Activity buses
The board and public were shut out from the decision-making process

A decision to discontinue the activity bus for North Woods School students took an unconventional detour, bypassing the school board and public before taking effect. That’s reason enough for the bus to be restored, but there are additional concerns that should prompt action by the school board.

Board members and the public weren’t the only people left out of the decision-making process. The school’s Business Manager Kim Johnson also had not been informed about the change. Although both North Woods Principal John Metsa and Superintendent Teresa Strong acknowledged the decision was driven by budget concerns, Strong also claimed low participation was a factor. But how do you gauge student participation for a bus that wasn’t even offered at the start of the school year? Apparently there were more than enough students to justify the bus last year.

We also find it puzzling that the activity bus was only eliminated at North Woods, but will continue at South Ridge through the fall and will still be offered indefinitely at Northeast Range. That’s inconsistent and raises concerns about fairness.

When the district was seeking voters’ support on its reorganization plan, it promoted the activity buses as a way to ensure participation by students in communities that would be more distant from their new schools. But that promise has now been broken at North Woods without opportunity for discussion. In fact, many parents and staff at schools were not even informed of the change before it happened. In the end, discontinuing the activity bus will likely limit the ability of some students to participate, and that shouldn’t happen, especially when voters were told the restructuring plan would expand student opportunities.

We realize that the district has found itself in a financial crunch and circumstances may require the district to adjust its plans. But the district’s financial predicament is due largely to the failure to reap savings from staff reductions and more energy-efficient operations that were promised as a result of the district’s restructuring. The board has kept administrative positions, such as deans, that were supposed to have been eliminated through the restructuring. The district already has among the very highest administrative costs of any school district in the state. Yet the board has failed to insist on administrative efficiencies even as those very administrators work behind the scenes, without board approval, to eliminate activity buses.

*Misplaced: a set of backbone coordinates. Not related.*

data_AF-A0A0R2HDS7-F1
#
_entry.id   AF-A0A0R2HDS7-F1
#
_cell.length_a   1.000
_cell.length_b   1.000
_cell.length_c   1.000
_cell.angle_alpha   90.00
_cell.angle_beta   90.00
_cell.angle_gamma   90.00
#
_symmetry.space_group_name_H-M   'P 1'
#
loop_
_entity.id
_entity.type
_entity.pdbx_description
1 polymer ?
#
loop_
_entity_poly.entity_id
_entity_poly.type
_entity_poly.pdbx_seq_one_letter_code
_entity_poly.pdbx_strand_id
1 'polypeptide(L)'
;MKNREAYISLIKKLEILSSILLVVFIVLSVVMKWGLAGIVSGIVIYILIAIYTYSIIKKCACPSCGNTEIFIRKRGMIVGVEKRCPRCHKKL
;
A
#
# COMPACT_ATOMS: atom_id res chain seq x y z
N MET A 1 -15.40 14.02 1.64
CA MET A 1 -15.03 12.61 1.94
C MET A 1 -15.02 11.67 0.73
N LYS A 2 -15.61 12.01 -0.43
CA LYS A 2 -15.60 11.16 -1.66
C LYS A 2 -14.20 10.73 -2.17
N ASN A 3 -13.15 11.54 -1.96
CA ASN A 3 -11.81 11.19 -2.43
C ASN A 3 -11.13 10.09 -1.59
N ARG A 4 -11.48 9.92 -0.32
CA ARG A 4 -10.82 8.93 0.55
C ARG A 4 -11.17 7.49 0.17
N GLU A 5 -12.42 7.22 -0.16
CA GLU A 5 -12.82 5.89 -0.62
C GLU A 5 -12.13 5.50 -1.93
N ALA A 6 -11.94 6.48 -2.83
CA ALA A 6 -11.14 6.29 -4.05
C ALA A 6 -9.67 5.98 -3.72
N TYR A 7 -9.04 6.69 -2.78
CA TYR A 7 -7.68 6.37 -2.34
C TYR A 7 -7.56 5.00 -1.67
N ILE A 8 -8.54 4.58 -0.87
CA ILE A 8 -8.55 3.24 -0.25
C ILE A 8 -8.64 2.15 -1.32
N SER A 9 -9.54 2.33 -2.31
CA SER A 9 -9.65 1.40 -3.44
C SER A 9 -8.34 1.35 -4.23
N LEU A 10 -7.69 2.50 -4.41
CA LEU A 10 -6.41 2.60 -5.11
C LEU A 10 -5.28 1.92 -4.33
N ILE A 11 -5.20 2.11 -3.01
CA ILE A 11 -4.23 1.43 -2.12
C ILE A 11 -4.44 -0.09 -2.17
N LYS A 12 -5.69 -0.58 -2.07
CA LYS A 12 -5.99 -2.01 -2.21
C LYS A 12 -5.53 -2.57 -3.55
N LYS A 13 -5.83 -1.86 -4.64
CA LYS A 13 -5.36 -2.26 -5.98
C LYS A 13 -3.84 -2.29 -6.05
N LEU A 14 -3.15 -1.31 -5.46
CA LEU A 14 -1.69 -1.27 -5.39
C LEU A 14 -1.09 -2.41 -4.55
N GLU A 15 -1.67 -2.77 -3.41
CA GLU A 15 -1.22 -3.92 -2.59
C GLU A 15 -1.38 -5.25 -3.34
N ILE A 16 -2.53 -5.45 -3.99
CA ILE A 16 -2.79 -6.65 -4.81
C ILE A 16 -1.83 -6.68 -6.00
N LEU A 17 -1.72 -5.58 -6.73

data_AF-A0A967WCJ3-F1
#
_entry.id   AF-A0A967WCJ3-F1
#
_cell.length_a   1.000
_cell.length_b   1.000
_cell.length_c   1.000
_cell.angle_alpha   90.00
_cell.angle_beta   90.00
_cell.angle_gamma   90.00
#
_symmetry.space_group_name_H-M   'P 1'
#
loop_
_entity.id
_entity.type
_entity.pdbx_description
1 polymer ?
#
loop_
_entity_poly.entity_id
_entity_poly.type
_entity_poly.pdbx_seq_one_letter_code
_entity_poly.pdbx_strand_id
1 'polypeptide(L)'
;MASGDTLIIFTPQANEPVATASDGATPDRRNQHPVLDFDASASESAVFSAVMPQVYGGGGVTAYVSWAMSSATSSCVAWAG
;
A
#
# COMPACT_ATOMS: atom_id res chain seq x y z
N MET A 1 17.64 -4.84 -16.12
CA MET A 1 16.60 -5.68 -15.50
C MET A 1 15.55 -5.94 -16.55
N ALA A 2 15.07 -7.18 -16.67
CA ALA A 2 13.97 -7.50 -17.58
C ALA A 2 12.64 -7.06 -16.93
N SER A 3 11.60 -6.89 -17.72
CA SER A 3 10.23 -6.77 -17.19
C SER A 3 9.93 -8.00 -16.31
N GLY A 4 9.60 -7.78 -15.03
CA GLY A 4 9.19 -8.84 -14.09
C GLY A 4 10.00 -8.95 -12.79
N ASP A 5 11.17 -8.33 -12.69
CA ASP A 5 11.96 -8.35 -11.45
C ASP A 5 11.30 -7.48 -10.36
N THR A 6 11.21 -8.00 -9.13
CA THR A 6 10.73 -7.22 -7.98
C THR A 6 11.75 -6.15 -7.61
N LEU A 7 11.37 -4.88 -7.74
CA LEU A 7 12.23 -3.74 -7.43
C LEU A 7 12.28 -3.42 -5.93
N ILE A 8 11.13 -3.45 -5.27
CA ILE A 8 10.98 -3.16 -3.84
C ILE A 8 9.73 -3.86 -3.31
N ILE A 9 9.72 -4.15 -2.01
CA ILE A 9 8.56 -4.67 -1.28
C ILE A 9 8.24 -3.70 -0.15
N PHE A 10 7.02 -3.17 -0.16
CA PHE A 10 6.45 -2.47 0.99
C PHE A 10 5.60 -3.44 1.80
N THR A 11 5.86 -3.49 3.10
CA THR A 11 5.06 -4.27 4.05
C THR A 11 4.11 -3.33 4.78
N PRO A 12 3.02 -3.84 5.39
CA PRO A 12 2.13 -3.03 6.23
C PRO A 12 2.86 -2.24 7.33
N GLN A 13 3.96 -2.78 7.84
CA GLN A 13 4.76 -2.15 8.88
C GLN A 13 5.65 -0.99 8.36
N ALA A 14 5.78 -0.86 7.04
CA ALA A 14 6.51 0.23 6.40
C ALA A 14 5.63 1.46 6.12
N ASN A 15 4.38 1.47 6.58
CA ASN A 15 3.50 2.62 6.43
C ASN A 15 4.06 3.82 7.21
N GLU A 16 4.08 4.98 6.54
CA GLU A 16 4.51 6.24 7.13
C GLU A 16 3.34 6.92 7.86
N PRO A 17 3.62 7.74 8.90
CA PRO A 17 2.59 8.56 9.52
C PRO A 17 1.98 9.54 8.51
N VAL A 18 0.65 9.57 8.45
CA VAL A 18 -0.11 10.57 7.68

Board members have repeatedly said they want to keep budget cuts away from students as much as possible. Cutting an activity bus for students, while not on par with eliminating educational programs, hardly seems like shielding kids from budget cuts.

In addition to looking elsewhere to make cuts, other options might be explored. For instance, the district could look at adding a modest fee for students taking the activity bus. It wouldn’t cover the full cost of transporting students, but it would be cheaper for parents than driving back and forth between the school and their communities.

In either case, this decision was the school board’s to make— not the superintendent’s or the principal’s. The public deserves a chance to weigh in on the issue and such a radical departure from policy should require board action first. Administrators didn’t just take a short cut by making this decision on their own, they short-circuited a process that should have included public discussion.

The school board should stand up for its process and its policies. If not, the board just isn’t doing its job.


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